Tutorials
Wednesday, November 29, 2017

Creating a Slider in Umbraco

Umbraco offers an incredibly flexible grid editor and when paired with Doc Type Grid Editor and Nested Content, it makes for a beautiful developing experience. We'll be going through the creation of a Swiper carousel in Umbraco.

The tutorial starts from a fresh installation of Umbraco 7.7.6 with the default starter kit installed. This means that some steps may be quite specific but hopefully the instructions will be easy enough to follow that you can tweak this for your individual setup.

1. Setup Models Builder

In the interest of teaching the best practices, we'll be making use of the Models Builder to keep your views clean. There's a little set up required but it pays off and I'd urge you to check out the Models Builder documentation to discover all of the options available to you. Let's get started.

In Visual Studio, open up your ~/Web.config file and change the following line from:

<add key="Umbraco.ModelsBuilder.ModelsMode" value="PureLive" />

To:

<add key="Umbraco.ModelsBuilder.ModelsMode" value="Dll" />

The models builder automatically builds models based on your document types, changing it to Dll generates a dll file that we'll need to include in our project.

In Umbraco, go to Developer -> Models Builder and hit the Generate models button.

This will generate a file located at ~/bin/Umbraco.Web.PublishedContentModels.dll, right-click this in your Visual Studio Solution Explorer and Include in Project. The next time you generate models, this dll will get updated and you'll have access to them throughout the project.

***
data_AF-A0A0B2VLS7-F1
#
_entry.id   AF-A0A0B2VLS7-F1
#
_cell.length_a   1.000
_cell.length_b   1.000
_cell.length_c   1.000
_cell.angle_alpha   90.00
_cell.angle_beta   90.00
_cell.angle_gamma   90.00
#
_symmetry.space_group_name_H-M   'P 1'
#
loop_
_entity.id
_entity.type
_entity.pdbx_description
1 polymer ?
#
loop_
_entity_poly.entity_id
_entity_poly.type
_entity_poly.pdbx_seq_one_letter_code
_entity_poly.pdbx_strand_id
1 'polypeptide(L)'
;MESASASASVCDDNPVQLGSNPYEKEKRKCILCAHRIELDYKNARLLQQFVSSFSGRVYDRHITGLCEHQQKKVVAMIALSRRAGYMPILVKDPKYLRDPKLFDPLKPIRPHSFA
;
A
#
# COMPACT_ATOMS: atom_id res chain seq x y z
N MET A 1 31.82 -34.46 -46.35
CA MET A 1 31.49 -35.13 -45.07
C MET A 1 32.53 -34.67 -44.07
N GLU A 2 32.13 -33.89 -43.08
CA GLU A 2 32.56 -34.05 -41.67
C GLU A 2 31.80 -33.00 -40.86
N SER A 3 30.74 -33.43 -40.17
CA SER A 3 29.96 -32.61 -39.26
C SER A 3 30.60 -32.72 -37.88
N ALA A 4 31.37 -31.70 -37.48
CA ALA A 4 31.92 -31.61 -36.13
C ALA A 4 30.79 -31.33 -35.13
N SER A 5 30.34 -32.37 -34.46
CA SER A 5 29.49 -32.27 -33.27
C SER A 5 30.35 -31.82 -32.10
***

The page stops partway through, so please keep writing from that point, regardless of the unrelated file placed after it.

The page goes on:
2. Install Plugins

For this tutorial, we'll be making use of a couple of plugins, the first is required, the second however depends on your version of Umbraco. If you're running 7.7 or later, you can skip the Nested Content install.

Doc Type Grid Editor

Doc Type Grid Editor is an advanced grid editor for the new Umbraco Grid, offering similar functionality as the macro grid editor but using the full power of the doc type editor and data types.

To get setup, in Visual Studio, install the Doc Type Grid Editor package. The quickest way is to simply open up the Package Manager Console and type run the following code:

install-package our.umbraco.doctypegrideditor

Nested Content

Nested Content is a new list editing property editor for Umbraco 7+, similar to likes of Embedded Content and Archetype, however Nested Content uses the power of doc types to define the list item blue prints. By using doc types, we get the benefit of an easy / reusable UI we are all familiar with and also get to re-use all the standard data types as our field editors rather than being limited to a subset of “allowed” types.

As mentioned above, you can safely skip this step if your version of Umbraco is 7.7 or higher. Otherwise, open up your package manager console again but this time run the following:

install-package our.umbraco.nestedcontent

Once these are both installed, be sure to build your project.

3. Create Image Picker Data Type

To keep things nice and simple of your CMS users, we're going to create a new data type which allows the editor to choose just one image. Umbraco only has a picker available for multiple files (of any type) so it's always a good step to create a 'Single Image Picker'. To do so:

  1. Go to the Developer Section and create a new Data Type. Call it Single Image Picker.
  2. Choose Media Picker in the Property Editor dropdown.
  3. Check the Pick only images checkbox to ensure that your editors can't choose the wrong file type (we'll use this picker for a slider image later so it's important that only images are allowed).
  4. Click Save

4. Create 'Slide' Document Type

Now we'll create the 'Slide' document type, this will consist of the fields we need to display as part of the slider. We'll use it later to tell Umbraco that this will be repeatable field. Here's how we do it:

  1. Go to the Settings section in Umbraco and in the Document Types folder, create a new folder called Nested Content.
  2. In the new folder, create a new Document Type without template called Slide.
  3. Click Add new tab and call the tab Slide.
  4. Click Add property, put Image into the Enter a name... field.